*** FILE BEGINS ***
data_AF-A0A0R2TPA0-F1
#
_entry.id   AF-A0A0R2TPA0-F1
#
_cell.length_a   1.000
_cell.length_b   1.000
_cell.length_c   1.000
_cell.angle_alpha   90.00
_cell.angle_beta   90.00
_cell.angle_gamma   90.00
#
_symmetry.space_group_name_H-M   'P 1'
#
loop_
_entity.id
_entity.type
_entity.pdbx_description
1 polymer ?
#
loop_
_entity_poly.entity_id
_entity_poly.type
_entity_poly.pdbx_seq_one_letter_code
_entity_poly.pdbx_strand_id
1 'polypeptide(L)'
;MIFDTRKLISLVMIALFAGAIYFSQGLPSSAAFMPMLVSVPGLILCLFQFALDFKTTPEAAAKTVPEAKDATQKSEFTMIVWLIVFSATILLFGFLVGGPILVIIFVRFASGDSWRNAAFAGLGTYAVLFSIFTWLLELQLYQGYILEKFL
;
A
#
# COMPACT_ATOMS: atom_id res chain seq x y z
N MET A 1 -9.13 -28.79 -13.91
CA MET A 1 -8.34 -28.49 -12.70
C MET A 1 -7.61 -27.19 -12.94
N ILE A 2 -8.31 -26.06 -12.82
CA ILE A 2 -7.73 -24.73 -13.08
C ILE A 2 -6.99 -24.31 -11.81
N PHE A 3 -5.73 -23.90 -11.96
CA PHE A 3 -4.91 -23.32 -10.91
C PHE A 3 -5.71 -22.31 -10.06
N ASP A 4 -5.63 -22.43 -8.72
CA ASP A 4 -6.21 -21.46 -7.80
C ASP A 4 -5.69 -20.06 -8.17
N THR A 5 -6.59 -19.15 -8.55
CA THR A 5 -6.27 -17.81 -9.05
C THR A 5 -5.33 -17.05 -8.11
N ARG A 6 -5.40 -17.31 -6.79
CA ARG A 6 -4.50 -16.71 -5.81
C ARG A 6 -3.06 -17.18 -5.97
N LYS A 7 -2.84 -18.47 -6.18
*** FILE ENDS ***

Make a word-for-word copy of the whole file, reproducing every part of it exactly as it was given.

data_AF-A0A0R2TPA0-F1
#
_entry.id   AF-A0A0R2TPA0-F1
#
_cell.length_a   1.000
_cell.length_b   1.000
_cell.length_c   1.000
_cell.angle_alpha   90.00
_cell.angle_beta   90.00
_cell.angle_gamma   90.00
#
_symmetry.space_group_name_H-M   'P 1'
#
loop_
_entity.id
_entity.type
_entity.pdbx_description
1 polymer ?
#
loop_
_entity_poly.entity_id
_entity_poly.type
_entity_poly.pdbx_seq_one_letter_code
_entity_poly.pdbx_strand_id
1 'polypeptide(L)'
;MIFDTRKLISLVMIALFAGAIYFSQGLPSSAAFMPMLVSVPGLILCLFQFALDFKTTPEAAAKTVPEAKDATQKSEFTMIVWLIVFSATILLFGFLVGGPILVIIFVRFASGDSWRNAAFAGLGTYAVLFSIFTWLLELQLYQGYILEKFL
;
A
#
# COMPACT_ATOMS: atom_id res chain seq x y z
N MET A 1 -9.13 -28.79 -13.91
CA MET A 1 -8.34 -28.49 -12.70
C MET A 1 -7.61 -27.19 -12.94
N ILE A 2 -8.31 -26.06 -12.82
CA ILE A 2 -7.73 -24.73 -13.08
C ILE A 2 -6.99 -24.31 -11.81
N PHE A 3 -5.73 -23.90 -11.96
CA PHE A 3 -4.91 -23.32 -10.91
C PHE A 3 -5.71 -22.31 -10.06
N ASP A 4 -5.63 -22.43 -8.72
CA ASP A 4 -6.21 -21.46 -7.80
C ASP A 4 -5.69 -20.06 -8.17
N THR A 5 -6.59 -19.15 -8.55
CA THR A 5 -6.27 -17.81 -9.05
C THR A 5 -5.33 -17.05 -8.11
N ARG A 6 -5.40 -17.31 -6.79
CA ARG A 6 -4.50 -16.71 -5.81
C ARG A 6 -3.06 -17.18 -5.97
N LYS A 7 -2.84 -18.47 -6.18